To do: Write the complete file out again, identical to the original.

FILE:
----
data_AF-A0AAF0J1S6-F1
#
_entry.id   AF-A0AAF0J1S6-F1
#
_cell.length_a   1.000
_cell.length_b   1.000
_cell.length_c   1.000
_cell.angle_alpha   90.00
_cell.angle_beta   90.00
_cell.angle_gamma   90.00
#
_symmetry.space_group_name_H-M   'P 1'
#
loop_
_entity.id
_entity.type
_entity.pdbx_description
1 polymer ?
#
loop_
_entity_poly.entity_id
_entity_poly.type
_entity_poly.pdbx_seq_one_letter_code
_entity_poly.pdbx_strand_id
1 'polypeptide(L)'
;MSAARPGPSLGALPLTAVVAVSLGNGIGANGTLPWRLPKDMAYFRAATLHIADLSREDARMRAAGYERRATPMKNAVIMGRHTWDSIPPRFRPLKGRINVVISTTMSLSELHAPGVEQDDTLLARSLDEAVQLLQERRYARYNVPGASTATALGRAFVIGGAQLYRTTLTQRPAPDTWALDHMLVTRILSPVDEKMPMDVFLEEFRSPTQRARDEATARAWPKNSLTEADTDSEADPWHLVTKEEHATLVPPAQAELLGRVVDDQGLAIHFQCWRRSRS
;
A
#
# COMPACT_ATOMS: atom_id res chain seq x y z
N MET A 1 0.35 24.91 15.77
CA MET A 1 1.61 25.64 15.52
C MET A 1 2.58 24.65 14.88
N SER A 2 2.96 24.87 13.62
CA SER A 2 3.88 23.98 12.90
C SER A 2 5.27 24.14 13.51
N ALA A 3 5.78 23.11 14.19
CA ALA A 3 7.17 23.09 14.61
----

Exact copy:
data_AF-A0AAF0J1S6-F1
#
_entry.id   AF-A0AAF0J1S6-F1
#
_cell.length_a   1.000
_cell.length_b   1.000
_cell.length_c   1.000
_cell.angle_alpha   90.00
_cell.angle_beta   90.00
_cell.angle_gamma   90.00
#
_symmetry.space_group_name_H-M   'P 1'
#
loop_
_entity.id
_entity.type
_entity.pdbx_description
1 polymer ?
#
loop_
_entity_poly.entity_id
_entity_poly.type
_entity_poly.pdbx_seq_one_letter_code
_entity_poly.pdbx_strand_id
1 'polypeptide(L)'
;MSAARPGPSLGALPLTAVVAVSLGNGIGANGTLPWRLPKDMAYFRAATLHIADLSREDARMRAAGYERRATPMKNAVIMGRHTWDSIPPRFRPLKGRINVVISTTMSLSELHAPGVEQDDTLLARSLDEAVQLLQERRYARYNVPGASTATALGRAFVIGGAQLYRTTLTQRPAPDTWALDHMLVTRILSPVDEKMPMDVFLEEFRSPTQRARDEATARAWPKNSLTEADTDSEADPWHLVTKEEHATLVPPAQAELLGRVVDDQGLAIHFQCWRRSRS
;
A
#
# COMPACT_ATOMS: atom_id res chain seq x y z
N MET A 1 0.35 24.91 15.77
CA MET A 1 1.61 25.64 15.52
C MET A 1 2.58 24.65 14.88
N SER A 2 2.96 24.87 13.62
CA SER A 2 3.88 23.98 12.90
C SER A 2 5.27 24.14 13.51
N ALA A 3 5.78 23.11 14.19
CA ALA A 3 7.17 23.09 14.61